|2004||Pape Sow||2 (47) Traded on draft day for No. 30 Albert Miralles||No|
|2004||Matt Freije||2 (53)||No|
|2005||Wayne Simien||1 (29)||No|
|2007||Jason Smith||1 (20) Traded on draft day for No. 21 Daequan Cook||No|
|2007||Stanko Barac||2 (39) Via trade and then traded on draft day||No|
|2008||Michael Beasley||1 (2)||Yes|
|2008||Mario Chalmers||2 (34)||Yes|
|2008||Darnell Jackson||2 (52) Traded on draft day||No|
|2009||Marcus Thornton||2 (43) Traded on draft day||No|
|2009||Robert Dozier||2 (60)||No|
|2010||Dexter Pittman||2 (32)||No|
|2010||Jarvis Varnado||2 (41)||No|
|2010||Da'Sean Butler||2 (42)||No|
|2010||Latavious Williams||2 (48) Traded on draft day||No|
|2011||Norris Cole||1 (28)||Yes|
|2012||Arnett Moultrie||1 (27) Traded on draft day for No. 45 Justin Hamilton||No|
|2013||James Ennis||2 (50) Via trade||No (In Australia in '13-14)|
Discover and develop discards.
During Riley's early Miami years, the Heat mined and polished the likes of Isaac Austin, Bruce Bowen, Anthony Carter, Mike James, Malik Allen, Joel Anthony and Udonis Haslem; 11 years later, Haslem endures, which is a tribute to his tenacity, but also evidence of Miami's inability to find anything resembling a younger, sprier version of him.
Miami has already cut ties with several undrafted or second-round prospects (Jarvis Varnado, Dexter Pittman, Terrel Harris, Mickell Gladness, DeAndre Liggins), while '12 second-rounder Justin Hamilton is widely viewed as a back-end pro at best and '13 second-rounder James Ennis will need to prove that stints in Australia and Puerto Rico reduced some of his rawness. The higher-profile reclamation projects, with the exception of Chris Andersen—such as Eddy Curry, Michael Beasley and Greg Oden—have generated little impact, even if Oden appears worthy of another opportunity.
All these modest failures have mattered more for Miami than they might for other organizations due to the scarcity of draft picks. After hitting on Caron Butler and Wade in the top 10 in '02 and '03, Riley had a rotten run of first-rounders, and he's recently treated the selections as little more than sweeteners in exchange for something else.
Sometimes, Riley's sought a quick fix, such as when he tossed an '09 first-rounder into an '07 trade for the regrettable duo of Ricky Davis and Mark Blount, only to see Ty Lawson later chosen in that slot. Sometimes, he's needed salary-cap space, which explained the giveaway of stalled '07 first-rounder Daequan Cook and a '10 first-round pick for more room to make a run at a Big Three; that ceded spot, No. 18, is where budding star Eric Bledsoe got snapped up. Sometimes, he's been compelled by the organization's luxury-tax concerns, as partly explained by his dealing No. 27 overall in '11 for a conditional future first-rounder, which was later gifted to Boston to get Joel Anthony off the books.
And sometimes, it's merely been the cost of doing championship business. That was the reason for including a slew of choices as part of the sign-and-trade agreements with Cleveland and Toronto for James and Bosh, respectively. That strategy made sense at the time, not only for the incoming stars (who were able to earn higher annual raises and an extra year on their deals) but also for the Heat, who started them at a lower first-year number—and had the opportunity to add another proven part in Mike Miller. Miller played a role in the Heat throwing two parades that they certainly wouldn't trade; still, it's possible that one or two of those picks would have paid off, with a 2015 first-rounder still owed to Cleveland.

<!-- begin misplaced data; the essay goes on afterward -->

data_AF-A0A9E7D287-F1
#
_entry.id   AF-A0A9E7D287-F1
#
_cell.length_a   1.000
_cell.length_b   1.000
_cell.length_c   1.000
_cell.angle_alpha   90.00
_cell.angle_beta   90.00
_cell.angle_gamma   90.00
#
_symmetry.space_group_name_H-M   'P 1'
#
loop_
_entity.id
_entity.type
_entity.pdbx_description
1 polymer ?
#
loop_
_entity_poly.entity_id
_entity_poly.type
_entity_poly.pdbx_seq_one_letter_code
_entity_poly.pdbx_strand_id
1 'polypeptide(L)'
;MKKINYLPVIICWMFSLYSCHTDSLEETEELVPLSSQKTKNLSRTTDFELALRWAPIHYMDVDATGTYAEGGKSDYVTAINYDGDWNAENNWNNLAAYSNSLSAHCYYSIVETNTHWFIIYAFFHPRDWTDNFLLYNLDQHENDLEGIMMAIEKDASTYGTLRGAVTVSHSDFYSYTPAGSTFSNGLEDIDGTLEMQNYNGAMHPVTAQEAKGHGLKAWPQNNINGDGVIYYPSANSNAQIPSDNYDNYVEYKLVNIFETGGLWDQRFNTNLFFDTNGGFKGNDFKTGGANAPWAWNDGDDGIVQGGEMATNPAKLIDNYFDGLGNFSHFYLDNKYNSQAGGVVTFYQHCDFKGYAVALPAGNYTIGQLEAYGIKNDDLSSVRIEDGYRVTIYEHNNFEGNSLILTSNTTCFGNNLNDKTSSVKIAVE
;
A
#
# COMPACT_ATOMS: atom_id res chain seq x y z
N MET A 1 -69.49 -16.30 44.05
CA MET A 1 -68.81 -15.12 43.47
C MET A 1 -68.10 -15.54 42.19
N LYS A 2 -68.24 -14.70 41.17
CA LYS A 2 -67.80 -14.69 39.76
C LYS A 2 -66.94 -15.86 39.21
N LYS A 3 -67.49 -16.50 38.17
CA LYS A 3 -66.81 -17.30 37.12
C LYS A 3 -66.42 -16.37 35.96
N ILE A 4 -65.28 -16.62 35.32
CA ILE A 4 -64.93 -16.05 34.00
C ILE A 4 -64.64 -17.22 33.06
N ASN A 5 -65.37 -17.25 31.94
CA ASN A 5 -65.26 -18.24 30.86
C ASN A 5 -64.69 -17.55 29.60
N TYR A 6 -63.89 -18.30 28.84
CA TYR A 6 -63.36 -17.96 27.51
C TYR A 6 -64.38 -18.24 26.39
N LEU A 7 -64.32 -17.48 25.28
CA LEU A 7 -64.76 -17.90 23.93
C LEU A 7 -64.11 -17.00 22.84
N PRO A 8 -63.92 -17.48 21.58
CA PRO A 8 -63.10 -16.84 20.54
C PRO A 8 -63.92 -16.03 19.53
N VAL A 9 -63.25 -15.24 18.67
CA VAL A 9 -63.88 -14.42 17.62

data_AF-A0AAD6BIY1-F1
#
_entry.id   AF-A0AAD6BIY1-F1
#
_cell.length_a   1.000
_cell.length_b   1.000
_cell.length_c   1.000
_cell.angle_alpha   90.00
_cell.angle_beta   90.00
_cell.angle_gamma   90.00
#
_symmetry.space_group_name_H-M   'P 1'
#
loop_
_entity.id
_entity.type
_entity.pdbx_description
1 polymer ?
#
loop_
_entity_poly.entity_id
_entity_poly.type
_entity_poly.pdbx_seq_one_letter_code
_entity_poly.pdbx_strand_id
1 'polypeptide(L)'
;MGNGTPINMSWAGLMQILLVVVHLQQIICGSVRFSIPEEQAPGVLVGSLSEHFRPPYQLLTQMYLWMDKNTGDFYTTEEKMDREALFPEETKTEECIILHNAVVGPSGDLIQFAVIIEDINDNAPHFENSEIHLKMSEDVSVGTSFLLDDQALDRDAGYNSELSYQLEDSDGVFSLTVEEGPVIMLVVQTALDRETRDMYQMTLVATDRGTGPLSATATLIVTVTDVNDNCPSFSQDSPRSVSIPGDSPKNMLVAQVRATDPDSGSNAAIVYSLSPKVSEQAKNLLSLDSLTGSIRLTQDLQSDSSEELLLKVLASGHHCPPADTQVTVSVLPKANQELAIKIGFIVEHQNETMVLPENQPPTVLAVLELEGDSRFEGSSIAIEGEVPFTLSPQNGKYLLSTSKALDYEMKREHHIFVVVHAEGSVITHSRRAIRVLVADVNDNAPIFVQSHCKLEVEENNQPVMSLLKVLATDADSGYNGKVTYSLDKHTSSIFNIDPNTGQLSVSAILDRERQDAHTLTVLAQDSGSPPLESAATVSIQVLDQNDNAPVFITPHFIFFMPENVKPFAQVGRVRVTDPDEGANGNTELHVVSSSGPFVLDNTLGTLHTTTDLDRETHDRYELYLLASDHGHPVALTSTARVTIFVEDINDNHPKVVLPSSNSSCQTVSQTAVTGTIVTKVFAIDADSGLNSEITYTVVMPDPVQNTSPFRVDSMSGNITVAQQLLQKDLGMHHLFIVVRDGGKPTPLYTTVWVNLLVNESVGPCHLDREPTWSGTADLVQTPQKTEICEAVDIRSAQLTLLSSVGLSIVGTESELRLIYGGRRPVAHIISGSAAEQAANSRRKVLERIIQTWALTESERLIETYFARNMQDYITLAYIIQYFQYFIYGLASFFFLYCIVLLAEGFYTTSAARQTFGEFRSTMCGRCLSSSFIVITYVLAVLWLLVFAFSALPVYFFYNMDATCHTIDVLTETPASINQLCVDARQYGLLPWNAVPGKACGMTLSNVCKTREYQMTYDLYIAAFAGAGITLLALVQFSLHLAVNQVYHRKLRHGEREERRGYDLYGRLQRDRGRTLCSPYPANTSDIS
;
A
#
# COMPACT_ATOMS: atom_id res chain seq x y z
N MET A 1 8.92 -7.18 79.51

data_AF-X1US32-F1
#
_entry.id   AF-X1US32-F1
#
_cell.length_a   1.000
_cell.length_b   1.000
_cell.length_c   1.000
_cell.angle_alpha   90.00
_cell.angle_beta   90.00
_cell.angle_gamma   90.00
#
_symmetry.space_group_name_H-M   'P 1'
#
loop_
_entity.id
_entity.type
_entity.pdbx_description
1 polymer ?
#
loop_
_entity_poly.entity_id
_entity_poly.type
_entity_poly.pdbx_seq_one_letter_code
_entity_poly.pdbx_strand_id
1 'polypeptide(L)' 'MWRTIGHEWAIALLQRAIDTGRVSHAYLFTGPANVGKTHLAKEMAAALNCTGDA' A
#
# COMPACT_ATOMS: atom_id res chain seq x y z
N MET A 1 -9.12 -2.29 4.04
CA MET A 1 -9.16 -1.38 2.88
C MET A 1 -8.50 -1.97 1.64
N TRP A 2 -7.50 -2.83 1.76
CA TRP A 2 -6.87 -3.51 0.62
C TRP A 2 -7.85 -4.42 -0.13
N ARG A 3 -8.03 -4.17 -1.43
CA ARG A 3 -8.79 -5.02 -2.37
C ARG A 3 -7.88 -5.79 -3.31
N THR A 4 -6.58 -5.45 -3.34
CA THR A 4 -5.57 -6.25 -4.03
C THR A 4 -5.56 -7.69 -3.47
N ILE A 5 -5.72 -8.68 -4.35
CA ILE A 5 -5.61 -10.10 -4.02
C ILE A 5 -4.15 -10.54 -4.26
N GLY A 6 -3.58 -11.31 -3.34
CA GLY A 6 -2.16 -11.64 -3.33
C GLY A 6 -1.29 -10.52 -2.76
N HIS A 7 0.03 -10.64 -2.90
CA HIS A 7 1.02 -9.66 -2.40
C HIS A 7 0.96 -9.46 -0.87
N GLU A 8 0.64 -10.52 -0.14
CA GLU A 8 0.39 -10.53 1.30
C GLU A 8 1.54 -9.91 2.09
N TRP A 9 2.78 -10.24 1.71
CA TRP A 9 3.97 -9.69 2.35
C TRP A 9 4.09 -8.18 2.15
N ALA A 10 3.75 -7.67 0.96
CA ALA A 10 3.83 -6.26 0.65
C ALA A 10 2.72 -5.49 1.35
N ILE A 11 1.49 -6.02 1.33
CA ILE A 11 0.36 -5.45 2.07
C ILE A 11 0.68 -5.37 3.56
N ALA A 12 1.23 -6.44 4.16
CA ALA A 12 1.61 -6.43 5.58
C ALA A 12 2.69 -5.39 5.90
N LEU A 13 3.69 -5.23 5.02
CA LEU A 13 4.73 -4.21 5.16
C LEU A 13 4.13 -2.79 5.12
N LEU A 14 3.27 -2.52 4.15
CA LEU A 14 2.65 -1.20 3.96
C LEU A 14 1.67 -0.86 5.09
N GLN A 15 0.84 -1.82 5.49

Or maybe they wouldn't have, based on the Heat's recent spotty draft history and the tendency of even the success stories to stall. After all, the Heat's two best choices since '03—'08 No. 34 overall Mario Chalmers and '11 No. 28 Norris Cole—both regressed as the '14 postseason progressed, to the extent that Erik Spoelstra trusted neither to start the season's final game.
Riley may use their unreliability—in their sixth and third seasons, respectively—as more reason to pursue even creakier parts at a variety of positions. He shouldn't. He may view the No. 26 overall pick as his most expendable asset, citing its salary cap, luxury tax and roster spot cost, with the Heat still in "win now" mode. He shouldn't do that either.
He should trust the Heat scouts to find him someone who can help soon but may truly blossom later, the way Leonard blossomed into something special for San Antonio. He should save at least couple more spots for flawed players with promise, as the Spurs did for those Cleveland (Green) and Portland (Mills) throwaways, and he should push the coaching staff to make sure they eventually matter.
Riley needs to reinvigorate the culture. That means reinventing his philosophy, so it looks a bit more like the one that spawned the squad that just schooled his. A squad that was younger. A squad with more hunger.